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Vitamin D and COVID-19 susceptibility and severity in the COVID-19 Host Genetics Initiative: A Mendelian randomization study
Butler-Laporte et al., PLOS Medicine, doi:10.1371/journal.pmed.1003605
Butler-Laporte et al., Vitamin D and COVID-19 susceptibility and severity in the COVID-19 Host Genetics Initiative: A Mendelian.., PLOS Medicine, doi:10.1371/journal.pmed.1003605
Jun 2021   Source   PDF  
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Mendelian randomization study not finding significant differences in COVID-19 outcomes based on vitamin D level. This study does not compare patients with deficiency/insuffiency/sufficiency, only providing ORs for increase in D levels. Authors note that their results do not apply to individuals with vitamin D deficiency.
Authors cite only 2 of the 25 vitamin D treatment studies (2 of 5 RCTs) at the time, including the only study reporting a negative effect. Authors indicate that they believe [Murai] was a significant result, however that study used cholecalciferol with very late stage patients. In practice, calcifediol/calcitrol would be used due to the long delay in conversion of cholecalciferol, hence the study is not informative of either normal late stage treatment, or earlier treatment. That authors believe the study is important suggests a strong bias.
Mendelian randomization studies compare the estimated effect of SNPs associated with variation in vitamin D levels on the health outcomes in large numbers of patients. For more background on Mendelian randomization studies and their limitations see [].
For reasons why Mendelian randomization may fail in this case, see []. Authors suggest that it may come down to the use of 25(OH)D concentration in serum as a less than ideal proxy for vitamin D status of cells involved in the immune response. For most other purposes, it may not matter much that unbound (free) 25(OH)D is the better predictor of vitamin D deficiency and the resulting unfavourable outcomes. But for the MR analysis, the genetic instrument is strongly dominated by variation in the GC gene which modulates the concentration of vitamin D-binding protein (VDBP) in blood and thereby indirectly the concentrations of 25(OH)D and 1,25-dihydroxy vitamin D. Thus, the common GC alleles rs4588A and rs7041T are both associated with much lower than average vitamin D concentrations. In contrast, directly measured unbound (free) vitamin D concentrations are minimally affected by these alleles, if at all.
[Grant] suggest that the primary reasons for Mendelien randomization failure include that the total SNP-induced variation in 25(OH)D has often been less than assay variance, and that genome-wide association studies of SNP effects have been made on the full range of 25(OH)D levels, while the data is non-linear with a significant percentage in the low and high plateaus of the outcome relationships.
Butler-Laporte et al., 1 Jun 2021, peer-reviewed, 16 authors.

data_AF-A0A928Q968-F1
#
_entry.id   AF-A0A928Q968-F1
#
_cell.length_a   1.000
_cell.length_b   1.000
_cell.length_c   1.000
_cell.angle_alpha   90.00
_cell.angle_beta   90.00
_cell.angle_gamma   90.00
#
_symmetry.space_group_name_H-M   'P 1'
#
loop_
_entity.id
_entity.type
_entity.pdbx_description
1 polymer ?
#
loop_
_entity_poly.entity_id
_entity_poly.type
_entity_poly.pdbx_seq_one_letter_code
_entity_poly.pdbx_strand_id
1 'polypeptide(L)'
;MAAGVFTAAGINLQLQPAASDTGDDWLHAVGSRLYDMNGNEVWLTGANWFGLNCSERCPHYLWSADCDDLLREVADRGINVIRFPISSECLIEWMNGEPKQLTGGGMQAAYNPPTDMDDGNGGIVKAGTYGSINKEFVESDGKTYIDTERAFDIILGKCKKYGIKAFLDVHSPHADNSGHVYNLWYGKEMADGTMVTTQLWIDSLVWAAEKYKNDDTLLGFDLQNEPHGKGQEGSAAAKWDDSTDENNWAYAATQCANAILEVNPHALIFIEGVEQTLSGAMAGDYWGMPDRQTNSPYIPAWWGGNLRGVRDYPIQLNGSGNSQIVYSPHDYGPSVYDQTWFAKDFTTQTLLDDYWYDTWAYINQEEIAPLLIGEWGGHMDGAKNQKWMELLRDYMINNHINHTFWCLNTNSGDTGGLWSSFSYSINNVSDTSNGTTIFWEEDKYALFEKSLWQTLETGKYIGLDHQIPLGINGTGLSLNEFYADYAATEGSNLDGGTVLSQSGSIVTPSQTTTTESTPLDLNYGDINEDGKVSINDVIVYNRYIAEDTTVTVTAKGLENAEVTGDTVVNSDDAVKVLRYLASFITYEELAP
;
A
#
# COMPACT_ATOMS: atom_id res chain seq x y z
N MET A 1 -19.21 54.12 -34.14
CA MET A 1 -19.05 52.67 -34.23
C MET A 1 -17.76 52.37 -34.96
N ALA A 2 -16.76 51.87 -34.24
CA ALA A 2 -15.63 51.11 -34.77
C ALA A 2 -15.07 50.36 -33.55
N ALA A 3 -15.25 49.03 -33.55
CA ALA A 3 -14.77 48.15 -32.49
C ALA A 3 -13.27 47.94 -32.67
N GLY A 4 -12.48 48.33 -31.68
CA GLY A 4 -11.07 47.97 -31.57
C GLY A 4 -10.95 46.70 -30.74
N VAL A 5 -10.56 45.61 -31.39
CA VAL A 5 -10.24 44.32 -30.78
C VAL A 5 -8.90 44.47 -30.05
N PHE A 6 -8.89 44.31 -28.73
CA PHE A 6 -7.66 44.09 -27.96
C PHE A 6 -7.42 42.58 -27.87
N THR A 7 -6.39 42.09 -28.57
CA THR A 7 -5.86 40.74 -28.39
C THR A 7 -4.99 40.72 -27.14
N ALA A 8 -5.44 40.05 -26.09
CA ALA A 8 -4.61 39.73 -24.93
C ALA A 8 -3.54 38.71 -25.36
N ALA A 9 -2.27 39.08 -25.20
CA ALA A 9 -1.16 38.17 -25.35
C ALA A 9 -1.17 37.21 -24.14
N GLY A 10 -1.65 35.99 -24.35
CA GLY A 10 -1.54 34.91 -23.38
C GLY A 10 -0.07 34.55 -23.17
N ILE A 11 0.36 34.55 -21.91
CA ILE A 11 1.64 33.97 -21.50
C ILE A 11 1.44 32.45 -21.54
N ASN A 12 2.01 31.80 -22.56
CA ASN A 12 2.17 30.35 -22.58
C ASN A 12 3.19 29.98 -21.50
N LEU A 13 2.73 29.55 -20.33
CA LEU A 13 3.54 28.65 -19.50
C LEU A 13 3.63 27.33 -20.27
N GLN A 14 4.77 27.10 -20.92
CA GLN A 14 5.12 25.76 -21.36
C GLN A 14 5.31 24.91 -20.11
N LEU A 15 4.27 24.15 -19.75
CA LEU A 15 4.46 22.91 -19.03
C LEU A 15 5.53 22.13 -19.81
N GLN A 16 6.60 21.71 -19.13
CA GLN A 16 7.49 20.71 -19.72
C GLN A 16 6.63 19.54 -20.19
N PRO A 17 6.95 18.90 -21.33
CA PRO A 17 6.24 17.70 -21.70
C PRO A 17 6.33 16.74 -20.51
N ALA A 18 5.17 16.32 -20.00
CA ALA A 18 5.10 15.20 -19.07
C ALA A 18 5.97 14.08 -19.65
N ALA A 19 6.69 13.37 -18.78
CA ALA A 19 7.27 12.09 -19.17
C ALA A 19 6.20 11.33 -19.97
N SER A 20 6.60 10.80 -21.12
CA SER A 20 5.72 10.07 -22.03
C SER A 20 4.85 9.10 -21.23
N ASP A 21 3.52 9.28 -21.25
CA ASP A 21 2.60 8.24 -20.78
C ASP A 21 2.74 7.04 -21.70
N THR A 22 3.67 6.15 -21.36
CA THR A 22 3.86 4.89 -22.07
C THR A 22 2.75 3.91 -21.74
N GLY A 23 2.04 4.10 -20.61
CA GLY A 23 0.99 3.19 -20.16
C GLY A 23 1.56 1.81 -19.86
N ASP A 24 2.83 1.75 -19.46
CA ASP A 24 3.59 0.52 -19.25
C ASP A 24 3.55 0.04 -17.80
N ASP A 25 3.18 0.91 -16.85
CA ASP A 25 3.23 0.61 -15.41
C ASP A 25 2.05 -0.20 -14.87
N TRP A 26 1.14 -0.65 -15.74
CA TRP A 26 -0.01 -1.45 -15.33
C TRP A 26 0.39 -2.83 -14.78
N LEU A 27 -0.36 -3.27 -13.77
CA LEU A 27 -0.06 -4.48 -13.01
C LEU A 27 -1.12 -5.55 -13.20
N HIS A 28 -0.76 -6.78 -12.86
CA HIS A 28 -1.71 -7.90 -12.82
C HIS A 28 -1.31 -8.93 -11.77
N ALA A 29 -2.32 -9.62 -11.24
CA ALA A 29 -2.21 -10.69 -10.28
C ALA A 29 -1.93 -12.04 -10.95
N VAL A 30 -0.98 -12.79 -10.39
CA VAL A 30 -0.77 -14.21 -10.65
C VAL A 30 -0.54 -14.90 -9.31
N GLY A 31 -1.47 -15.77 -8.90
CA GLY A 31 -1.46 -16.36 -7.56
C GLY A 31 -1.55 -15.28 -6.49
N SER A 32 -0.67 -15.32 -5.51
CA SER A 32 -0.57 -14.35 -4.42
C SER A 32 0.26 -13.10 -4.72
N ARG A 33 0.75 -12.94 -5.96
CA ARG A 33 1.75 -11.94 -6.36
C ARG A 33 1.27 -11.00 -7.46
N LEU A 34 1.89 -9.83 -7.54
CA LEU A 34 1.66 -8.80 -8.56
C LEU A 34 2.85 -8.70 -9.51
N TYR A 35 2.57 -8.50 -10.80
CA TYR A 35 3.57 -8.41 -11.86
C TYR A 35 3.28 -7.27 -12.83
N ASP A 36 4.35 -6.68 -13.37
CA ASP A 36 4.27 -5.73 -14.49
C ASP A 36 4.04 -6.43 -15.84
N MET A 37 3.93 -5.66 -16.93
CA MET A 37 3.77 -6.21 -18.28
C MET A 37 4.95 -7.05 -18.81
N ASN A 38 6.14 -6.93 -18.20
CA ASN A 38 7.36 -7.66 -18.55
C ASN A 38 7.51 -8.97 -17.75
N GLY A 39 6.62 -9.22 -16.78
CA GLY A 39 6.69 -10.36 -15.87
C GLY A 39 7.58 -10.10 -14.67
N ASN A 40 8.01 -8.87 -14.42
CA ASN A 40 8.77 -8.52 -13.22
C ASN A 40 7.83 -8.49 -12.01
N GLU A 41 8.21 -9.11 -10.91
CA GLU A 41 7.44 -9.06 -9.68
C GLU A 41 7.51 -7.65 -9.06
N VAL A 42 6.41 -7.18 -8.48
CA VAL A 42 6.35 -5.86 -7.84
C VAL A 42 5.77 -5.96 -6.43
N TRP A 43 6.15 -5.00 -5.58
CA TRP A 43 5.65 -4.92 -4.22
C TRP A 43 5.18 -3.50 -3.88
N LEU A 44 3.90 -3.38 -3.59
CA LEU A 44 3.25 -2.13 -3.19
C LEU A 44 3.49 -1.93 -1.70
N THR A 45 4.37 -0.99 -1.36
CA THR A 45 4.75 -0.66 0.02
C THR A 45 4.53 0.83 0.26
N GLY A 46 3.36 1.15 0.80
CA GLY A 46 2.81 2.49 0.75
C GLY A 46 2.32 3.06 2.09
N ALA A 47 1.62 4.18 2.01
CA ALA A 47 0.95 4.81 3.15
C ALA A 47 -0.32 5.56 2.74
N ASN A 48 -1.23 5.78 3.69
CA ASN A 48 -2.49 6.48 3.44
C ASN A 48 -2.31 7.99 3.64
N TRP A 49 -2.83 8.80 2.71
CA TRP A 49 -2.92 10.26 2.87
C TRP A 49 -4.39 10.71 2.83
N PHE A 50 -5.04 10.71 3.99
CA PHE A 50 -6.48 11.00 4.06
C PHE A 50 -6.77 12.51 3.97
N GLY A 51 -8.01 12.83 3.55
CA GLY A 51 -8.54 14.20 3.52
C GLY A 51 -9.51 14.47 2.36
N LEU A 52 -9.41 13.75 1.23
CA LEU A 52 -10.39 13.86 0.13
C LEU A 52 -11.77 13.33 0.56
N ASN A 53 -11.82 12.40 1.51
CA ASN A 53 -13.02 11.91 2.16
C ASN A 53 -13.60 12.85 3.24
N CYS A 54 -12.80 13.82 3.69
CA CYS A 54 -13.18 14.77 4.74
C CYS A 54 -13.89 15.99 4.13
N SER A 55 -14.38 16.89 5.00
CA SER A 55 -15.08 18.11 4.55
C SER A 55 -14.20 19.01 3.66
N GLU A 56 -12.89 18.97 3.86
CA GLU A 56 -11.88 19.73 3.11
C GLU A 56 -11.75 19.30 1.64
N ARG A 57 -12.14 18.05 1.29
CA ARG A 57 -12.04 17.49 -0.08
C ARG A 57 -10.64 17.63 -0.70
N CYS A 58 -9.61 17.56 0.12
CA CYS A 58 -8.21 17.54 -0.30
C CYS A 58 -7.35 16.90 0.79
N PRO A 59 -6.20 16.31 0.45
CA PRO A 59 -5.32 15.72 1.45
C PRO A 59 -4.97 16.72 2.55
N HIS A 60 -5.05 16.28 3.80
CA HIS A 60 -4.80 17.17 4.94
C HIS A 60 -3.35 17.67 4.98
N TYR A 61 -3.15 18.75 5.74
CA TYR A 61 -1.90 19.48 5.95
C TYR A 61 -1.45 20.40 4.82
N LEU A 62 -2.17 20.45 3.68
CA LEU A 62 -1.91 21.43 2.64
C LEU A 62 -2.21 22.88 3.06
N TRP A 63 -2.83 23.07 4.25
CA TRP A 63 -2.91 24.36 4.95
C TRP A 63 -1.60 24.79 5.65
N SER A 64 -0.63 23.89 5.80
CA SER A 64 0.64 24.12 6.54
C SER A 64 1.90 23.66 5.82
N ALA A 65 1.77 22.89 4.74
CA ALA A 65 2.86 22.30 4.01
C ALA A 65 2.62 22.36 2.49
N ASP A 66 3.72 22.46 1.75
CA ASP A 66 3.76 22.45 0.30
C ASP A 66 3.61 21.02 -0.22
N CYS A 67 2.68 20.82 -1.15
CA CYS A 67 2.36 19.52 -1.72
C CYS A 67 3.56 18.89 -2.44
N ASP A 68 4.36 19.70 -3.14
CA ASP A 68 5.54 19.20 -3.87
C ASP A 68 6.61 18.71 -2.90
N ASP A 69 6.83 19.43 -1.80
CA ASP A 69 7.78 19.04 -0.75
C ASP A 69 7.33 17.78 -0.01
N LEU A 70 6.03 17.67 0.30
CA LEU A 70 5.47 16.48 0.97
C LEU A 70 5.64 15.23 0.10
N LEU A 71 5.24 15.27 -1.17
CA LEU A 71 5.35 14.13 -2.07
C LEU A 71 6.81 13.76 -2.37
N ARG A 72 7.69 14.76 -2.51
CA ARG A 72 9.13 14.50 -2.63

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Abstract: RESEARCH ARTICLE Vitamin D and COVID-19 susceptibility and severity in the COVID-19 Host Genetics Initiative: A Mendelian randomization study Guillaume Butler-Laporte ID1,2☯, Tomoko Nakanishi ID1,3,4,5☯, Vincent Mooser3,6, David R. Morrison1, Tala Abdullah ID1, Olumide Adeleye1, Noor Mamlouk1, Nofar Kimchi1,7, Zaman Afrasiabi1, Nardin Rezk ID1, Annarita Giliberti8, Alessandra Renieri ID8,9, Yiheng Chen1, Sirui Zhou1,2, Vincenzo Forgetta ID1, J. Brent Richards ID1,2,3,10* a1111111111 a1111111111 a1111111111 a1111111111 a1111111111 OPEN ACCESS Citation: Butler-Laporte G, Nakanishi T, Mooser V, Morrison DR, Abdullah T, Adeleye O, et al. (2021) Vitamin D and COVID-19 susceptibility and severity in the COVID-19 Host Genetics Initiative: A Mendelian randomization study. PLoS Med 18(6): e1003605. pmed.1003605 Academic Editor: Cosetta Minelli, Imperial College London, UNITED KINGDOM Received: August 31, 2020 Accepted: March 31, 2021 Published: June 1, 2021 Peer Review History: PLOS recognizes the benefits of transparency in the peer review process; therefore, we enable the publication of all of the content of peer review and author responses alongside final, published articles. The editorial history of this article is available here: Copyright: © 2021 Butler-Laporte et al. This is an open access article distributed under the terms of the Creative Commons Attribution License, which permits unrestricted use, distribution, and reproduction in any medium, provided the original author and source are credited. Data Availability Statement: Covid-19 outcome GWAS summary statistics are freely available for download directly through the Covid-19 HGI 1 Lady Davis Institute, Jewish General Hospital, McGill University, Montréal, Québec, Canada, 2 Department of Epidemiology, Biostatistics and Occupational Health, McGill University, Montréal, Québec, Canada, 3 Department of Human Genetics, McGill University, Montréal, Québec, Canada, 4 Kyoto–McGill International Collaborative Program in Genomic MedicineAU , Graduate : IchangedKyoto School of Medicine, McGillInternationalCollaborativeSchool:::to Kyoto University, Kyoto, Japan, 5 Japan Society for the Promotion of Science, Tokyo, Japan, 6 Canada Excellence Research Chair in Genomic Medicine, McGill University, Montréal, Québec, Canada, 7 Ruth and Bruce Rappaport Faculty of Medicine, Technion–Israel Institute of Technology, Haifa, Israel, 8 Medical Genetics, University of Siena, Siena, Italy, 9 Genetica Medica, Azienda Ospedaliera Universitaria Senese, Siena, Italy, 10 Department of Twin Research, King’s College London, London, United Kingdom ☯ These authors contributed equally to this work. * Abstract Background Increased vitamin D levels, as reflected by 25-hydroxy vitamin D (25OHD) measurements, have been proposed to protect against COVID-19 based on in vitro, observational, and ecological studies. However, vitamin D levels are associated with many confounding variables, and thus associations described to date may not be causal. Vitamin D Mendelian randomization (MR) studies have provided results that are concordant with large-scale vitamin D randomized trials. Here, we used 2-sample MR to assess evidence supporting a causal effect of circulating 25OHD levels on COVID-19 susceptibility and severity. Methods and findings Genetic variants strongly associated with 25OHD levels in a genome-wide..